General features of Hormone classes GROUP –I Types- steroids hormones Solubility – Lipophilic Transport Proteins- Yes Plasma half life- long Receptor- Intracellular Mediator- Receptor- Hormone complex
GROUP –II Types- Polypeptides, proteins, glycoproteins, catecholamine hormones Solubility – Hydrophilic Transport Proteins- No Plasma half life- Short Receptor- Plasma membrane Mediator- cAMP, cGMP, Calcium and phosphatidylinostinol.
Classification of Hormones • Hormones are classified on the basis of: • Their structure. • Their site of activity in the cell.
Steroid hormones 1. Sex hormones - are divided into 2 groups (i) Male sex hormones or Androgens (testosterone) (ii) Female sex hormones- Estrogens/Progesterons 2. Hormones of Adrenal Cortex – mineralocorticoids /glucocorticoids
Non steroid hormones 1. Peptide hormones- • e.g. all hypothalamic, anterior pituitary, digestive hormones 2. Amino acid derivatives • Amines - simplest form, derived from tyrosine or tryptophan • e.g. Thyroid hormone, dopamine, epinephrine, melatonin
Hypothalamus functions as master co-ordinator of hormonal action. It produces at least 6 releasing factors or hormones. • Thyrotropin releasing hormone (TRH) • Corticotropin releasing hormone (CRH) • Gonadotropin releasing hormone (GnRH) • Growth hormone releasing hormone (GRH) • Growth hormone release inhibiting hormone (GRIH) • Prolactin release inhibiting hormone (PRIH)
Domains present on the receptors • All receptors have two functional domains: • Recognition domain • Coupling domain.
Recognition domain: it binds the hormone • Coupling domain: it generates a signal that couples the hormone recognition to some intracellular function. • Coupling means signal transduction. • Receptors are proteins.
Transduction: • The biochemical mechanism(s) that allow the transfer of information between an occupied hormone-receptor & the molecules within the cell that result in production of a cellular response. Ligand Receptor Transducer Amplifiers Effector Change in metabolism Change in transcription/gene-read out Change in secondary hormone production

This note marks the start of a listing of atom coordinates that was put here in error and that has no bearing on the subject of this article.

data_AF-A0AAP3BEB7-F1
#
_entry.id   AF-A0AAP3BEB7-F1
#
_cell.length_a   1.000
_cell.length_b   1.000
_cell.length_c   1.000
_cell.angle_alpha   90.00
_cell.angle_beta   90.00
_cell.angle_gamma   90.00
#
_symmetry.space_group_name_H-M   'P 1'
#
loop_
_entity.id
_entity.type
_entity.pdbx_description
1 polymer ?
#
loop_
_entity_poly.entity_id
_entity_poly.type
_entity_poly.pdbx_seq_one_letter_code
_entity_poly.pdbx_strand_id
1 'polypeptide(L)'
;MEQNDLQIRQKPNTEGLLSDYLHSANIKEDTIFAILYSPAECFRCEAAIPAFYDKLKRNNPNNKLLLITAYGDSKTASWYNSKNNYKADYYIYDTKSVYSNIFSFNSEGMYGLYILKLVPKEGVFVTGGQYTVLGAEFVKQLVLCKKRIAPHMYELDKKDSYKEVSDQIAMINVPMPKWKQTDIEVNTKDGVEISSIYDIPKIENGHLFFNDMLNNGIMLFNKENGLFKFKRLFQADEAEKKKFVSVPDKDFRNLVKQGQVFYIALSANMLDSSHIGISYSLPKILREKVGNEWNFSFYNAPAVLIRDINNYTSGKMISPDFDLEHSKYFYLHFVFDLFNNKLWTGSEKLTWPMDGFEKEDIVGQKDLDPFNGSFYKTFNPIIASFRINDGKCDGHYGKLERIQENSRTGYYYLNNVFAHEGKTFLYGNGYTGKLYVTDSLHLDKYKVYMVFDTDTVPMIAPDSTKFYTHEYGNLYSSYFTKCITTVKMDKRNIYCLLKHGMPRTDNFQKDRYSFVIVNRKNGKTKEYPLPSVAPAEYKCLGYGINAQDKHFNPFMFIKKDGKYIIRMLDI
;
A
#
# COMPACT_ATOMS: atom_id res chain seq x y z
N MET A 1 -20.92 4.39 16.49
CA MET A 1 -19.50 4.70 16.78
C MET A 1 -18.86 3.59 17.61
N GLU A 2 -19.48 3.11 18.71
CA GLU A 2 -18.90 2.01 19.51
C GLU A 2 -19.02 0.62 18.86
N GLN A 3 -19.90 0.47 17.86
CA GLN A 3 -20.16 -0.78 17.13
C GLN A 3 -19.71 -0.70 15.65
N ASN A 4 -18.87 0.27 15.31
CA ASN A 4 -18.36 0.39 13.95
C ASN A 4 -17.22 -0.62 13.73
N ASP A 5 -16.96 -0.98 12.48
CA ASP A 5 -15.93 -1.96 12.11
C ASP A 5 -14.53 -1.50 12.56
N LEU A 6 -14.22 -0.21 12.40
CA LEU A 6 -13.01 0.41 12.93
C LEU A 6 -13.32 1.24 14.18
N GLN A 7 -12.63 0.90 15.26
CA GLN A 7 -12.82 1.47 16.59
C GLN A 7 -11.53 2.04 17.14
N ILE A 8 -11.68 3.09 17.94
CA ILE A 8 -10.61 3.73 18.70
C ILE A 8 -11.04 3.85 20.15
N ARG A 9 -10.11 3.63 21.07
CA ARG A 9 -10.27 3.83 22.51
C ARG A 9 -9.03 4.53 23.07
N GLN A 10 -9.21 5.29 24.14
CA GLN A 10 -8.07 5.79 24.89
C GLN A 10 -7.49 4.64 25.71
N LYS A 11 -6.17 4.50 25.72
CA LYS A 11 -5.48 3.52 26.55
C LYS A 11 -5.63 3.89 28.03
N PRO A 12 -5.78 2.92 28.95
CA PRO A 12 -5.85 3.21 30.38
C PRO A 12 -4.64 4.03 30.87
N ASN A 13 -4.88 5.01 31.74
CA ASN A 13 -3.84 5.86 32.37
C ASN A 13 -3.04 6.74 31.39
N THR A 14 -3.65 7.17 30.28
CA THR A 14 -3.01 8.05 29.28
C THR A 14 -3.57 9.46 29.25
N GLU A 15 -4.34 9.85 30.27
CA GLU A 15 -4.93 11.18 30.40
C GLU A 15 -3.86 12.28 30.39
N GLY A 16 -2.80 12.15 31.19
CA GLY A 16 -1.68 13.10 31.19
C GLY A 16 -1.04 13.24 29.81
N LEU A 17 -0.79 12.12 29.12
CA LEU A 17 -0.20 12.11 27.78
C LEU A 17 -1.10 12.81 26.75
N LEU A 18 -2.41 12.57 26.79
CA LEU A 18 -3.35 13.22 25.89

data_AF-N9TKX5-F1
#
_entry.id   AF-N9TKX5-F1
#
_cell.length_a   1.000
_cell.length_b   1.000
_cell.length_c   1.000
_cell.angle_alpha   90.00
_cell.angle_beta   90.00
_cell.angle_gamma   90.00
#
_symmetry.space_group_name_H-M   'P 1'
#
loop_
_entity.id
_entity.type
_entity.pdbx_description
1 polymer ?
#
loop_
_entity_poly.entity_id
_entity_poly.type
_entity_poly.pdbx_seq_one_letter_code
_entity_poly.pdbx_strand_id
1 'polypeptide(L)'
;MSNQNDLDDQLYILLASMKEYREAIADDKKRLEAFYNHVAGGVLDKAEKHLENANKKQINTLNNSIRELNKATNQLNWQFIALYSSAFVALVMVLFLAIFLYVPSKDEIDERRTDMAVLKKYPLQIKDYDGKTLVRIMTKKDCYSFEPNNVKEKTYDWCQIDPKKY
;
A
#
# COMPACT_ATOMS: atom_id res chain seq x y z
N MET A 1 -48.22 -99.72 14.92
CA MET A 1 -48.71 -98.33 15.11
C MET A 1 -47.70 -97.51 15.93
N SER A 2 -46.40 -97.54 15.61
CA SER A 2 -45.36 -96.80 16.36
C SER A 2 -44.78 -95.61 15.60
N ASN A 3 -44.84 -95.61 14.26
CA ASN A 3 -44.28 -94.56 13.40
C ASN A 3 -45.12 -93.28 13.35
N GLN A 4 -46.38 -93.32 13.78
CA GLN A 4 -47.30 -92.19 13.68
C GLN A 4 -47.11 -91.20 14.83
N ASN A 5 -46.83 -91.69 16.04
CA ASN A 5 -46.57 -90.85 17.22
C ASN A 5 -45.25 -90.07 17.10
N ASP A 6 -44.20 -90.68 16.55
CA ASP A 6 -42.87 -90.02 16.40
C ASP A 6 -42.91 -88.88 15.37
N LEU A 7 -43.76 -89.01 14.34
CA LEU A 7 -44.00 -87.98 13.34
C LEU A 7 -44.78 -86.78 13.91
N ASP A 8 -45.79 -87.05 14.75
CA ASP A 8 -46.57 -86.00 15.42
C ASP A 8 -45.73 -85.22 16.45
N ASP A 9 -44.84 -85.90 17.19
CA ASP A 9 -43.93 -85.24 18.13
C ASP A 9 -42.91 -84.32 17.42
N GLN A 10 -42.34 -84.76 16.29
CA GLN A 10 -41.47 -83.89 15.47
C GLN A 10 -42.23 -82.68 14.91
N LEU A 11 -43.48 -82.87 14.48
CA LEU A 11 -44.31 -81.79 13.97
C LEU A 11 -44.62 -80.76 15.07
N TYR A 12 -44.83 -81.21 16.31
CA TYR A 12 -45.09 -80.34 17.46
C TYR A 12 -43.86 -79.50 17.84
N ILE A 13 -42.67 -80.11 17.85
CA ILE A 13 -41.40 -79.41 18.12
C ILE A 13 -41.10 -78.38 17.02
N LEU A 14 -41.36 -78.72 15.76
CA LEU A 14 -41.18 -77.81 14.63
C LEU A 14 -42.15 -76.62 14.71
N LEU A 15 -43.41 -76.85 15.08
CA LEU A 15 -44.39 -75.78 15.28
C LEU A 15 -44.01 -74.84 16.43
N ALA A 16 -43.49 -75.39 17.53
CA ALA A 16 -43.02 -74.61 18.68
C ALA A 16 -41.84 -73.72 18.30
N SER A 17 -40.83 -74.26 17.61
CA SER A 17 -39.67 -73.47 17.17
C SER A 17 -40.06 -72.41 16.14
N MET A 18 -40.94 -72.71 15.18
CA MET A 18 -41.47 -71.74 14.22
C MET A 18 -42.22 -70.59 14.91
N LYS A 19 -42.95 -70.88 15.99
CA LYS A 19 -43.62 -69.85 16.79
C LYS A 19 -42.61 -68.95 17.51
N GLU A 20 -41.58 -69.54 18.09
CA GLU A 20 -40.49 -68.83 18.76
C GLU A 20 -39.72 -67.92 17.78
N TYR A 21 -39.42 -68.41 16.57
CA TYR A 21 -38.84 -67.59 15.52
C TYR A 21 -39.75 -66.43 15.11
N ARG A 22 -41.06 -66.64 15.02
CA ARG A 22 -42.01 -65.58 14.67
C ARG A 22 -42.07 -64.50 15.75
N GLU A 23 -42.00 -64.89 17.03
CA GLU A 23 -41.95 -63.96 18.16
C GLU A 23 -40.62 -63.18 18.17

RECEPTORS • These are proteins, to which hormones bind. They are present in cell membranes, cytoplasm and nucleus, and serve two functions. • Firstly, they are required for selectivity. Secondly, they are connected to an effecter mechanism in the cell .
Selectivity • Effecter mechanism- receptor has got two domains. • Binding domain • Signal generation domain
Transduction System Concepts Features of transduction that both alter protein shape & function Allosteric changes Phosphorylation Membrane Receptors usually for proteins & charged molecules rapid response systems, sec-min Intranuclear Receptors lipids & hydrophobic hormones longer term responses, min-days
Transduction Pathways Depend on Receptor Types Ion Channels Intracellular/Intranuclear Receptor Steroids (sex, adrenal, vitamin D, sterols) Thyronines (tri-iodothyronine) G-Protein Receptors/Serpentine Receptors cGMP/NOS cAMP/PKA/CREB PLC/PKC/Calcium ion Cytokine & GH Receptors JAK/STAT TyrK Ras/GAP/MEK/MAPK RAC/Rho PI3K PLC/PKC Cross-talk allows unique responses in specific tissues &/or at specific times.
Translate information in hormone messages into language that can be interpreted & acted upon by target cells.
For proteins, peptides, & hormones with a high ionic charge at neutral pH, receptors are usually integral membrane proteins in the cell surface. When hormones bind, the receptors interact with membrane-bound or intracellular transducer proteins to begin the cascade of events leading to cellular response